Norwich biologist takes his research to Parliament
Jan Bettgenhaeuser, 28, a PhD student at The Sainsbury Laboratory, hailing from Germany, is attending Parliament to present his biological research to a range of politicians and a panel of expert judges, as part of SET for Britain on Monday 7 March.
Jan’s poster on research about identifying genes in wild grasses that might help make wheat resistant to fungal diseases will be judged against dozens of other scientists’ research in the only national competition of its kind.
Jan was shortlisted from hundreds of applicants to appear in Parliament.
On presenting his research in Parliament, he said, “I am very excited to showcase my science to a wider non-scientific audience. Personally, I am convinced that research into new ways to improve crops will be essential to ensure global food security and am therefore particularly looking forward to engaging with MPs and policymakers.”
Stephen Metcalfe MP, Chairman of the Parliamentary and Scientific Committee, said:
“This annual competition is an important date in the parliamentary calendar because it gives MPs an opportunity to speak to a wide range of the country’s best young researchers.
“These early career engineers, mathematicians and scientists are the architects of our future and SET for Britain is politicians’ best opportunity to meet them and understand their work.”
Jan’s research has been entered into the Biological and Biomedical Sciences session of the competition, which will end in a gold, silver and bronze prize-giving ceremony.
Judged by leading academics, the gold medalist receives £3,000, while silver and bronze receive £2,000 and £1,000 respectively.
The Parliamentary and Scientific Committee runs the event in collaboration with the Royal Society of Biology, the Royal Academy of Engineering, the Royal Society of Chemistry, the Institute of Physics, The Physiological Society and the Council for Mathematical Sciences, with financial support from Essar, the Clay Mathematics Institute, Warwick Manufacturing Group (WMG), the Institute of Biomedical Science, the Bank of England and the Society of Chemical Industry.
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SET for Britain is a poster competition in the House of Commons – involving approximately 210 early stage or early career researchers – judged by professional and academic experts. All presenters are entered into either the engineering, the biological and biomedical sciences, the physical sciences (chemistry), the physical sciences (physics) session, or the mathematics session, depending on the researcher’s specialism.
Each session will result in the award of Bronze, Silver and Gold certificates. Bronze winners will receive a £1,000 prize; Silver, £2,000; and Gold, £3,000 and a medal. There will also be an overall winner from the four sessions who will receive the Westminster Wharton Medal.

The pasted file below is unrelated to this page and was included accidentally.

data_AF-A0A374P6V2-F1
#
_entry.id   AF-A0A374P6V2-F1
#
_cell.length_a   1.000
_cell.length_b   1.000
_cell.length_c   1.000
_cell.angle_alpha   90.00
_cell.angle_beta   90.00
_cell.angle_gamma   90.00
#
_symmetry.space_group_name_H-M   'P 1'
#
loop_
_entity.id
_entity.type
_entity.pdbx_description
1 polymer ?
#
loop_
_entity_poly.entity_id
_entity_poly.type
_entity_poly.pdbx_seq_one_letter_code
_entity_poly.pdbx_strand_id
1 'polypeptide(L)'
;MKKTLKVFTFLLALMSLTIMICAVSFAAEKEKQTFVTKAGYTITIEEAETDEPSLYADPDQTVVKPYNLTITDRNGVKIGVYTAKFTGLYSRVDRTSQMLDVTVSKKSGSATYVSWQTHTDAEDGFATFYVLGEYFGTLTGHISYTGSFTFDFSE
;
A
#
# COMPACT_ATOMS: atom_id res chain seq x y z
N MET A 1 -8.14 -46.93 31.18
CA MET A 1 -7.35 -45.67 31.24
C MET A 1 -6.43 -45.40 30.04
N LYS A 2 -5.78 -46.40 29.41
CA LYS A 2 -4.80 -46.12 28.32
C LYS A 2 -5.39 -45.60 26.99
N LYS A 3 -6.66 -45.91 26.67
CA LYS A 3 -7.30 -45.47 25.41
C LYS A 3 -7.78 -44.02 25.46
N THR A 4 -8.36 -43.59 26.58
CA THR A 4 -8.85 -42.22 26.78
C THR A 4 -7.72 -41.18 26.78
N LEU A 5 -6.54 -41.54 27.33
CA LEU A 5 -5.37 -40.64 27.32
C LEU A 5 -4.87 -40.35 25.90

SET for Britain was established by Dr Eric Wharton in 1997. Following his untimely death in 2007, the Parliamentary and Scientific Committee, with support from the Royal Society of Biology, the Royal Academy of Engineering, the Royal Society of Chemistry, the Institute of Physics, The Physiological Society and the Council for Mathematical Sciences, is working to further his legacy.
The event is made possible this year by the prize sponsors, who are Essar, the Clay Mathematics Institute, Warwick Manufacturing Group (WMG), the Institute of Biomedical Science, the Bank of England and the Society of Chemical Industry.
The competition is open to early stage or early career researchers, which includes university research students, postgraduates, research assistants, postdocs, research fellows, newly-appointed lecturers, part-time and mature students, returners, those people embarking on a second career, and their equivalent in national, public sector and industrial laboratories, and appropriate final year undergraduate and MSc students, all of whom are engaged in scientific, engineering, technological or medical research.
The Royal Society of Biology www.rsb.org.uk is a single unified voice for biology: advising Government and influencing policy; advancing education and professional development; supporting our members, and engaging and encouraging public interest in the life sciences. The Society represents a diverse membership of individuals, learned societies and other organisations.